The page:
I couldn’t help but notice the tall, athletic, Italian looking, man in a room mostly populated by women in San Francisco’s City Hall. I was there reporting on Mayor Ed Lee’s kickoff press conference for the Gender Equality Challenge: Building a 21st Century Workplace. Notable people spoke of the increasing importance for businesses to close the gender gap simply because its good business. That is why the Mayor challenged the top 400 companies in San Francisco to rise to meet the 7 principles of Gender Equality*. (See list below).
I watched the man raise his hand just as they stopped fielding questions from the audience. He was wearing a bright orange San Francisco Giants sweater under his sport coat.
I couldn’t resist going over and asking him, “What were you going to ask?”
He could barely contain his enthusiasm, “This is absolutely brilliant to make it a competition!” He then shared several questions he wanted to ask.
Where are the men?
“What is the plan to get the men to engage? What is the Win for Men in this that will move them into action? It seems the plan is intended to attract, motivate men. I just don’t see how.”
He went on to explain to me that he has attended a number of gender equality events hosted by women when either he was the only man in attendance or there were very few men. And each time, he wondered, “where are the men”?
Figuring out the Win:
His next comment is what caught my attention. “Men haven’t figured out the win yet for themselves that will move them into action. It has been ingrained in men since they were very young that in competition it’s about winning. And typically with a winner comes a loser. Men don’t want to lose. One fear that men have is that if they step forward and support gender equality, they will lose something; whether it losing face with male friends, a promotion , a client, money, or even the illusion that they are winning. This fear couldn’t be further from the truth and men need to understand that by stepping forward and supporting gender equality, everyone wins, including them.”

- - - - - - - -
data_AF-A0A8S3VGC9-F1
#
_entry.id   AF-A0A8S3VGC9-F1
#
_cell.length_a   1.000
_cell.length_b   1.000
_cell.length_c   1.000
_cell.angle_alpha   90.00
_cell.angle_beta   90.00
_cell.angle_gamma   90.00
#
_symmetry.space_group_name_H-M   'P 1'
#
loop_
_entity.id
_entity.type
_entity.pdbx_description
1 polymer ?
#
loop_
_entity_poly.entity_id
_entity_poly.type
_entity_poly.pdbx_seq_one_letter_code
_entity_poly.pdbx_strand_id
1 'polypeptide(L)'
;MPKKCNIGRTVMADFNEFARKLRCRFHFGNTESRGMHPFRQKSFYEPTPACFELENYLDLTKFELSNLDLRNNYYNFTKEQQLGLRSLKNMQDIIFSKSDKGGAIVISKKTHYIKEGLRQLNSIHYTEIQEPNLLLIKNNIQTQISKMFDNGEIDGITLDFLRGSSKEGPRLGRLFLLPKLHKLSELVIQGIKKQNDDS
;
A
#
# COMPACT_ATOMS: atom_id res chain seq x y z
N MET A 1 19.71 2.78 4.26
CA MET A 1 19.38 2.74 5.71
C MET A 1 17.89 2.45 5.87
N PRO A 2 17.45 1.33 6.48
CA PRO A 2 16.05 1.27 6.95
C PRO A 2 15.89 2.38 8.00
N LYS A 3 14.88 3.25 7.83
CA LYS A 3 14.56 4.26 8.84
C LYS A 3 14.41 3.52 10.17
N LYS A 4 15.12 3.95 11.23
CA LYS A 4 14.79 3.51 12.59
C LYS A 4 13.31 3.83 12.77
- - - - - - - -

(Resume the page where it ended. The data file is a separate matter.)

As I looked down to make sure I was recording everything he was saying, he continued. “If this challenge is going to be successful men will have to play a significant role. They will have to get past the fear of losing something that so far is holding them back from embracing the “win opportunity” that gender equality possesses.
Asking the right question and getting the right answers:
I then asked him what is holding men back? His response was not the answer I thought I was looking for. He said, “The question you need to ask me is what is most important to men that would actually have them engage?”
He responded to his own question. “ There are two answers. One placates the head and the other the heart.
As for the head, the question many white male executives in power ponder is “What is the business case?” He referred to a new book that’s out, called The Athena Doctrine: How Women (And The Men Who Think Like Them) Will Rule the Future that clearly shows through research that by eliminating gender bias, companies can reap significant benefits, including improved access to and retention of top talent and higher employee commitment, thus impacting the bottom line. He challenged me, “Just ask any talent management executive about their spend.”